(MGM/courtesy Everett Collection)
The first shipment of vodka from Russia since the end of Prohibition on December 5, 1933 in New York City. (Underwood Archives/Getty Images)


Talk about irony: All those years James Bond spent fighting off the Reds, he was downing their drink of choice in his shaken-not-stirred martinis. That would, of course, be vodka.

As reveals, the clear spirit is most often produced from either potatoes or grain—but can also be distilled using soybeans, grapes, sugar beers, and even wood pulp. Vodka dates back to the early Middle Ages and the origin of its name comes from the Slavic word for “water.” (Makes sense, right?) Sure, vodka gets the most ink spilled about it in connection with Eastern Europe, but would you believe that it’s America’s most popular spirit? In fact, Americans consume more of the clear spirit than rum, whiskey, and tequila.

Now, we know what you’re saying. Potatoes, grain … get me an industrial-sized pot or bathtub, and let’s make us some “water.” But the distillation process is a bit more involved than the normal kitchen (or bathroom) can handle. Watch the video below for a peek into the procedure.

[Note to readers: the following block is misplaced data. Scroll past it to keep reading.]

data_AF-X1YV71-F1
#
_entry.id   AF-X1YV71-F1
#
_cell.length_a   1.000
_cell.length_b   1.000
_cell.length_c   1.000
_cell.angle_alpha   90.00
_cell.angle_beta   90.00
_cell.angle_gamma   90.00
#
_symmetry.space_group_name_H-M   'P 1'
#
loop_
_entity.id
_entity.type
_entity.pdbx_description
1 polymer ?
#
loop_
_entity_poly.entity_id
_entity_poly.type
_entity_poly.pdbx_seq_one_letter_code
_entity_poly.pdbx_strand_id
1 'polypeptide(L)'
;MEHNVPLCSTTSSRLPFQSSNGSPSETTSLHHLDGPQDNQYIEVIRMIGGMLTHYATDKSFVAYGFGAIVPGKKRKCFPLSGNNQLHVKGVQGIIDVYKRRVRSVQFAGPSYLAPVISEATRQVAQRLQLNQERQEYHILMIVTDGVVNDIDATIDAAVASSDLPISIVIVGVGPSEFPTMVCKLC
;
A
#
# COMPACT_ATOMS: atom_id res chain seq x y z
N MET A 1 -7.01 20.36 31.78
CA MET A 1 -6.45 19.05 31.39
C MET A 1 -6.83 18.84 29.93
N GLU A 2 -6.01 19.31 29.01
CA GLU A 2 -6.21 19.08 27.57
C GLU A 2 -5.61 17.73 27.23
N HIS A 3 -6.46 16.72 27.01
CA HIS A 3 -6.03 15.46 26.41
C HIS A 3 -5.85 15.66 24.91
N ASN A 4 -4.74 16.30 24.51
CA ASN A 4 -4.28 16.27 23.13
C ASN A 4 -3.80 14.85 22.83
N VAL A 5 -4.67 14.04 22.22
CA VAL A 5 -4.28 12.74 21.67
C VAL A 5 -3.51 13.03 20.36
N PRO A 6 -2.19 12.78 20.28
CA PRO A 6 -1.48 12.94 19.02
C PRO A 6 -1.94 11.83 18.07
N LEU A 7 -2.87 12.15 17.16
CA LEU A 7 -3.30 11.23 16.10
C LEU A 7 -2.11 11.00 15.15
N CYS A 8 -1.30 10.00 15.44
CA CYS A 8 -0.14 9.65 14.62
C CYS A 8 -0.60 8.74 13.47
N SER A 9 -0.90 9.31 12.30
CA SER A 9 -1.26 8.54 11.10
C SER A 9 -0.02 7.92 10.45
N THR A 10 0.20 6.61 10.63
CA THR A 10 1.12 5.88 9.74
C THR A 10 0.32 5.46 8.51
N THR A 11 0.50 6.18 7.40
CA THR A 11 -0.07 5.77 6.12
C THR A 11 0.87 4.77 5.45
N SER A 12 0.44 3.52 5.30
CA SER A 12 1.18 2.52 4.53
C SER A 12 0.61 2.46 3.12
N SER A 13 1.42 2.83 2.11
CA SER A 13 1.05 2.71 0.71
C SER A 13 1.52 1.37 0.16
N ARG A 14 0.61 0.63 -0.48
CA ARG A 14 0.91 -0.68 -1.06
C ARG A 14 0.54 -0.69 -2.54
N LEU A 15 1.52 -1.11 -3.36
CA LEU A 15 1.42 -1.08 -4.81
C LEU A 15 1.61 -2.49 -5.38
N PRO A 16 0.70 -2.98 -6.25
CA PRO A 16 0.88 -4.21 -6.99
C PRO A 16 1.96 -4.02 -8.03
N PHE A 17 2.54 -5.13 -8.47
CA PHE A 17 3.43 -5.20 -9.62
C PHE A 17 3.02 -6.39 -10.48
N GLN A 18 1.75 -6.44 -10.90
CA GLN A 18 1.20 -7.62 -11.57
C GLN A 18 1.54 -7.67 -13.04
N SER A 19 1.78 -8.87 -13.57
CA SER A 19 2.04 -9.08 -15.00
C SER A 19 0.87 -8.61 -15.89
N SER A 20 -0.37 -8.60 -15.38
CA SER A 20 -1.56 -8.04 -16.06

If you’ve ever been to a martini bar, you know that flavored vodkas are a big draw with the fairer sex. These include everything from lemon, orange, and ginger; to oddball flavors like marshmallow, cake, and root beer float (the latter three are just a few of the flavored vodkas produced by Smirnoff).

Popular vodka drinks include the Moscow Mule, Cosmopolitan, and Bloody Mary; but given RealClearLife‘s obsession with all things Bond, below is a recipe for the British spy’s bar order from movie Casino Royale (a.k.a. “The Vesper”), courtesy of Chowhound:

3 ounces Gordon’s gin
1 ounce vodka
1/2 ounces Kina Lillet
Green olives or twist of lemon peel

Says Chowhound: “Shake the gin, vodka, and Lillet with ice; then strain into a chilled cocktail glass. Garnish with green olives or lemon peel.”

For the full run-through on vodka, watch’s video below.